Could you become a Snow Angel and help ensure paths are kept clear for people this winter?

In the winter, many older people or those with mobility issues stop going out for fear of slipping on icy or snowy pavements.

An older person walking with a stick

Contact your council

Councils have a legal duty to ensure that safe movement along the footway is not endangered by snow or ice.

Living Streets wants to see:

Clear pavements and paths serving key local destinations; given at least the same priority as key roads in relevant plans and winter maintenance schedules.

Contractors unable to carry out their main jobs in bad weather sent to help clear icy pavements.

Councils helping residents do their bit by making sure grit is available, encouraging people to clear the street outside their property and helping organise volunteer teams of snow angels.

Write to your council

Write to your local council - visit their website to find out which department is responsible for highway maintenance - and remind them of their legal duty to ensure the footways are kept safe.

We have prepared a template letter for you. Just download it, personalise the copy and send it to your council.

Download template letter - DOC

People walking

Grit it yourself

 

The small act of putting down a little grit or salt, or clearing clear snow and ice from pavements when the cold weather hits, can make a big difference. A clear pavement means that an older person can still meet friends and get to the shops rather than being left isolated, lonely and inactive.

So spread your wings, get your halo polished, and salt, shake and walk your way to ice-free pavements.

Gritting tips

  1. Grit = salt
  2. Where to grit
  3. When to grit
  4. How to grit
  5. Paws for thought
  • When we say grit, think salt - the normal kitchen variety will do. One sack should be enough for two winters.

    You can stock up yourself, but it's worth also contacting your local council to provide salt or grit for this purpose. We want councils to treat pavements as seriously as they do roads, after all.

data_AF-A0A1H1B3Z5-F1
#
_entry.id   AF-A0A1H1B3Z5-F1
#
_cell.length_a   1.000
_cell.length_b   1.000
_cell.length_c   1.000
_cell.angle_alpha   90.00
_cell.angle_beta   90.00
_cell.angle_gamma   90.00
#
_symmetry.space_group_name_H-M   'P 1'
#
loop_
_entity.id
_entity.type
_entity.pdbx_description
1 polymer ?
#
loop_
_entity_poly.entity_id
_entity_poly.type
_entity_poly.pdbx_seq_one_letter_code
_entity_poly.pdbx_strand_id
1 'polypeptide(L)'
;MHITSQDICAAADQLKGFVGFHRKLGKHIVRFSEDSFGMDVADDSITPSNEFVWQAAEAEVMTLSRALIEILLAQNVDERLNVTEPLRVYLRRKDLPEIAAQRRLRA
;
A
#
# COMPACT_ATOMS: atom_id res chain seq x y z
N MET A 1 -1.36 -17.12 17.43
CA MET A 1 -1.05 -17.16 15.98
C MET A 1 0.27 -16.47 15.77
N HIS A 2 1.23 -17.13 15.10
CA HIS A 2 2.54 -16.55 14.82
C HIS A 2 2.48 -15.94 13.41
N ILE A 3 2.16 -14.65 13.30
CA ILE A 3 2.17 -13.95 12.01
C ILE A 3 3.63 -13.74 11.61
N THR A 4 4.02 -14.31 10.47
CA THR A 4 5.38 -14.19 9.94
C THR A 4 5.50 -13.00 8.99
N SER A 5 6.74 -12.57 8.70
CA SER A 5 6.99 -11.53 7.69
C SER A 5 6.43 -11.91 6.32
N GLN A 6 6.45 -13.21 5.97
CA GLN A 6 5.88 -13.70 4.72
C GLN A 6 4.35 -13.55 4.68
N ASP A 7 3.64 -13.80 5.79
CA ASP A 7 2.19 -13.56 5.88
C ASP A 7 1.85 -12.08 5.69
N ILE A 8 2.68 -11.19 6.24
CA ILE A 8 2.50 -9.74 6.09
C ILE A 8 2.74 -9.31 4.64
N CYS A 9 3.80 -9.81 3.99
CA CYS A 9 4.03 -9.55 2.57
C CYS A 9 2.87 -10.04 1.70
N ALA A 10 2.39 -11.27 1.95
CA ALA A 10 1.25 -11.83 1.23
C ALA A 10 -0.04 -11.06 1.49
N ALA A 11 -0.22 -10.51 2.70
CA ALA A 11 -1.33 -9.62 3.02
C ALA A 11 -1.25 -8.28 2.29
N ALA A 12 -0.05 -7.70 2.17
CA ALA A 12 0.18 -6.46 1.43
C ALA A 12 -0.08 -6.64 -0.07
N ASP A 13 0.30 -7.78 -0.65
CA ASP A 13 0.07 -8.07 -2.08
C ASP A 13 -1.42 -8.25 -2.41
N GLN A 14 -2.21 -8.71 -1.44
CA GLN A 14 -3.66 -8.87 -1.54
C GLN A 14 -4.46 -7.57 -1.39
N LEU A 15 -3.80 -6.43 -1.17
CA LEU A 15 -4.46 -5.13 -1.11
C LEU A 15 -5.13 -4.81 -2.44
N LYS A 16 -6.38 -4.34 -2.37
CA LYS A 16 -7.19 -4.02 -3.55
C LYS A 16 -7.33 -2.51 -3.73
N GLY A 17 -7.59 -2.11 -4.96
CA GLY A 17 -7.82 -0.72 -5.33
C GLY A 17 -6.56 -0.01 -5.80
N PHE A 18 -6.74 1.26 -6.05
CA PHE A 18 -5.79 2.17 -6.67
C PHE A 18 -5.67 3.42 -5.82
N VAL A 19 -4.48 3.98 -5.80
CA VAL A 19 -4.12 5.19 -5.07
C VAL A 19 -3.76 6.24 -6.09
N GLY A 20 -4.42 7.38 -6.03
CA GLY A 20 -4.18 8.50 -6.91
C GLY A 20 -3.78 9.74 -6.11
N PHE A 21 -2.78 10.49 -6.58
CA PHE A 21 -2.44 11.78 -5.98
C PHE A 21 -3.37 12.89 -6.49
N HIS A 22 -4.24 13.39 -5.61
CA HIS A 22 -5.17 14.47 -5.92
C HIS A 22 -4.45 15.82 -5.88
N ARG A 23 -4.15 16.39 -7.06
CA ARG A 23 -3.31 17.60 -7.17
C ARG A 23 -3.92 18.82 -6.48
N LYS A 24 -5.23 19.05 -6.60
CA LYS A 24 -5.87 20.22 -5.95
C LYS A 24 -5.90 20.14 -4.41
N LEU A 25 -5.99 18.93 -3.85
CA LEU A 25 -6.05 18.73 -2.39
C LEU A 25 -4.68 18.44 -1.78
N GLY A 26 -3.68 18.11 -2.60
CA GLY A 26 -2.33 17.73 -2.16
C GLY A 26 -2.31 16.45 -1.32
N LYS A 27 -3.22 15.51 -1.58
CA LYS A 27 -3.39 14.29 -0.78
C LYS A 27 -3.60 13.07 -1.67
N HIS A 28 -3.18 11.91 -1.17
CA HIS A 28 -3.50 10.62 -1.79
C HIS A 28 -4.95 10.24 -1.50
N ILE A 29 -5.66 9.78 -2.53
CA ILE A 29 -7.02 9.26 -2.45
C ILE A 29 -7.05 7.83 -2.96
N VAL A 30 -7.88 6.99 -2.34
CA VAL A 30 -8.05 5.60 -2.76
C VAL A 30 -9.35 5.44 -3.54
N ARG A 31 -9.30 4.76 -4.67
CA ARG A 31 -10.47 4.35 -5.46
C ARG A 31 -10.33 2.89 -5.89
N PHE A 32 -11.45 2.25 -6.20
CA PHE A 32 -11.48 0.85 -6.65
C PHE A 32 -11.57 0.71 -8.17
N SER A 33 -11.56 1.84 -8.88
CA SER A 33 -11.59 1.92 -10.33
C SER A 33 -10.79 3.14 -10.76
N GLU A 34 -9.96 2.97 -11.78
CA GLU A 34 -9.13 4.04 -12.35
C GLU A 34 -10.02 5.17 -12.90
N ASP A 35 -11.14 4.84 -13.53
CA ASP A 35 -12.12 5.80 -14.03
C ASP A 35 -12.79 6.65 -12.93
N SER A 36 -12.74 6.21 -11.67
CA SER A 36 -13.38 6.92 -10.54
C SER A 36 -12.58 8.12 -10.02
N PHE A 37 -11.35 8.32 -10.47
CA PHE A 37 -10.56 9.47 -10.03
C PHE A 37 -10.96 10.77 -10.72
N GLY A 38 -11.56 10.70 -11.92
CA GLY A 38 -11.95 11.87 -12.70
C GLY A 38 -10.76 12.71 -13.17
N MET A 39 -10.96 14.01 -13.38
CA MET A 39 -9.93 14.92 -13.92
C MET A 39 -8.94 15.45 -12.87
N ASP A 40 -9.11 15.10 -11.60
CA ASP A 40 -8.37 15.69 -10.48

• Before the snow or ice arrives, decide on the area of pavement or pathway you plan to cover. Choose areas where local residents need it most such as close to local schools and care homes.

  • Grit when frost, ice or snow is forecast if possible or when walkways are likely to be damp or wet and the floor temperatures are at, or below freezing. The best times of the day to grit are early in the evening before the frost settles or early in the morning, before people start leaving their houses.

    When the snow comes, start early. It is much easier to remove fresh, loose snow rather than compacted ice that has been compressed by people walking on it.

    Don’t grit when it’s raining heavily as the salt will be washed away.

  • Spreading your salt (or angel dust!) over the cleared area will help to prevent any ice forming. A cupful of salt (100 g/4 oz) per square metre is plenty. It is not advisable to re-salt an area of pavement over a short period of time.

    Be careful not to spread salt on plants or grass as it may damage them.

    If removing snow, consider where you are going to put it, so that it does not block paths or drainage channels.

  • Salt used to melt ice on driveways, pavements and roads can lead to chemical burns on dog paws.

    If your dog is limping by end of a walk, de-icing products may be hurting its feet. Try to keep your dog off the salty footways (think grass or snow) whenever possible. At the end of your walk wipe your dog’s paws thoroughly with a damp cloth.

    There are various types of paw wax available that can is applied to the pads of the feet before a walk, forming a protective barrier between the paw and the salty pavement.

THE LEGAL SITUATION

Government guidance, set out in the 2010 Snow Code, states that it’s unlikely that you’ll be sued or held responsible if someone is injured on a path or pavement if you’ve cleared it carefully.

To find out how to clear responsibly, and minimise risk to yourself and others, have a look at the government's Snow Code.